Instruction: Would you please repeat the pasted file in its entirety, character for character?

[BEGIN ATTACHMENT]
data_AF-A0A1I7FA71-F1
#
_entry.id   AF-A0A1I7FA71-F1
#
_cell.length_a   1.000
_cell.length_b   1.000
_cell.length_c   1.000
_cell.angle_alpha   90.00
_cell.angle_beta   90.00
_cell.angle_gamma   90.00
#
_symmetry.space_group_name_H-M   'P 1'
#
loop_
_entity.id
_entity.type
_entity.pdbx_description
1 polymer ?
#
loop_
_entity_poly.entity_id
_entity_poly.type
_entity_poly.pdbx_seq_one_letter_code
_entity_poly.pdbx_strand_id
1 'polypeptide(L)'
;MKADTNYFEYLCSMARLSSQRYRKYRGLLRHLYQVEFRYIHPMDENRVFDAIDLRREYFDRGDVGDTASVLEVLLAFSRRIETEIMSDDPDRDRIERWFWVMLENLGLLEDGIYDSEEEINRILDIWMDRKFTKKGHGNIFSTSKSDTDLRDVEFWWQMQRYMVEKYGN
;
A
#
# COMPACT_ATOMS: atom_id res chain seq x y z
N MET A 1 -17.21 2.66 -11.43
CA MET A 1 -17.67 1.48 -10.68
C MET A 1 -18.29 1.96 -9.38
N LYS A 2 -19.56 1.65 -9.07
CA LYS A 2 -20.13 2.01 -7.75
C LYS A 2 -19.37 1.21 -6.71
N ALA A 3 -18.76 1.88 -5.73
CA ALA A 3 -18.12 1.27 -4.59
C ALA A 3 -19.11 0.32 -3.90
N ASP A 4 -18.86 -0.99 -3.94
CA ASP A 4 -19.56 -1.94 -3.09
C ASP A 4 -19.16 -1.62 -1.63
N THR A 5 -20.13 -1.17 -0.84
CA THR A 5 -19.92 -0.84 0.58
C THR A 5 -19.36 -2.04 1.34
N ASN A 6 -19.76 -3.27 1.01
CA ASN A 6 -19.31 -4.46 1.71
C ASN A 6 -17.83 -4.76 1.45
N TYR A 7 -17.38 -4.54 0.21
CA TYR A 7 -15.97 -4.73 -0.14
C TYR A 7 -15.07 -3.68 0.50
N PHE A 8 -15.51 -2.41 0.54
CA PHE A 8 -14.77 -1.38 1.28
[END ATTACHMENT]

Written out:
data_AF-A0A1I7FA71-F1
#
_entry.id   AF-A0A1I7FA71-F1
#
_cell.length_a   1.000
_cell.length_b   1.000
_cell.length_c   1.000
_cell.angle_alpha   90.00
_cell.angle_beta   90.00
_cell.angle_gamma   90.00
#
_symmetry.space_group_name_H-M   'P 1'
#
loop_
_entity.id
_entity.type
_entity.pdbx_description
1 polymer ?
#
loop_
_entity_poly.entity_id
_entity_poly.type
_entity_poly.pdbx_seq_one_letter_code
_entity_poly.pdbx_strand_id
1 'polypeptide(L)'
;MKADTNYFEYLCSMARLSSQRYRKYRGLLRHLYQVEFRYIHPMDENRVFDAIDLRREYFDRGDVGDTASVLEVLLAFSRRIETEIMSDDPDRDRIERWFWVMLENLGLLEDGIYDSEEEINRILDIWMDRKFTKKGHGNIFSTSKSDTDLRDVEFWWQMQRYMVEKYGN
;
A
#
# COMPACT_ATOMS: atom_id res chain seq x y z
N MET A 1 -17.21 2.66 -11.43
CA MET A 1 -17.67 1.48 -10.68
C MET A 1 -18.29 1.96 -9.38
N LYS A 2 -19.56 1.65 -9.07
CA LYS A 2 -20.13 2.01 -7.75
C LYS A 2 -19.37 1.21 -6.71
N ALA A 3 -18.76 1.88 -5.73
CA ALA A 3 -18.12 1.27 -4.59
C ALA A 3 -19.11 0.32 -3.90
N ASP A 4 -18.86 -0.99 -3.94
CA ASP A 4 -19.56 -1.94 -3.09
C ASP A 4 -19.16 -1.62 -1.63
N THR A 5 -20.13 -1.17 -0.84
CA THR A 5 -19.92 -0.84 0.58
C THR A 5 -19.36 -2.04 1.34
N ASN A 6 -19.76 -3.27 1.01
CA ASN A 6 -19.31 -4.46 1.71
C ASN A 6 -17.83 -4.76 1.45
N TYR A 7 -17.38 -4.54 0.21
CA TYR A 7 -15.97 -4.73 -0.14
C TYR A 7 -15.07 -3.68 0.50
N PHE A 8 -15.51 -2.41 0.54
CA PHE A 8 -14.77 -1.38 1.28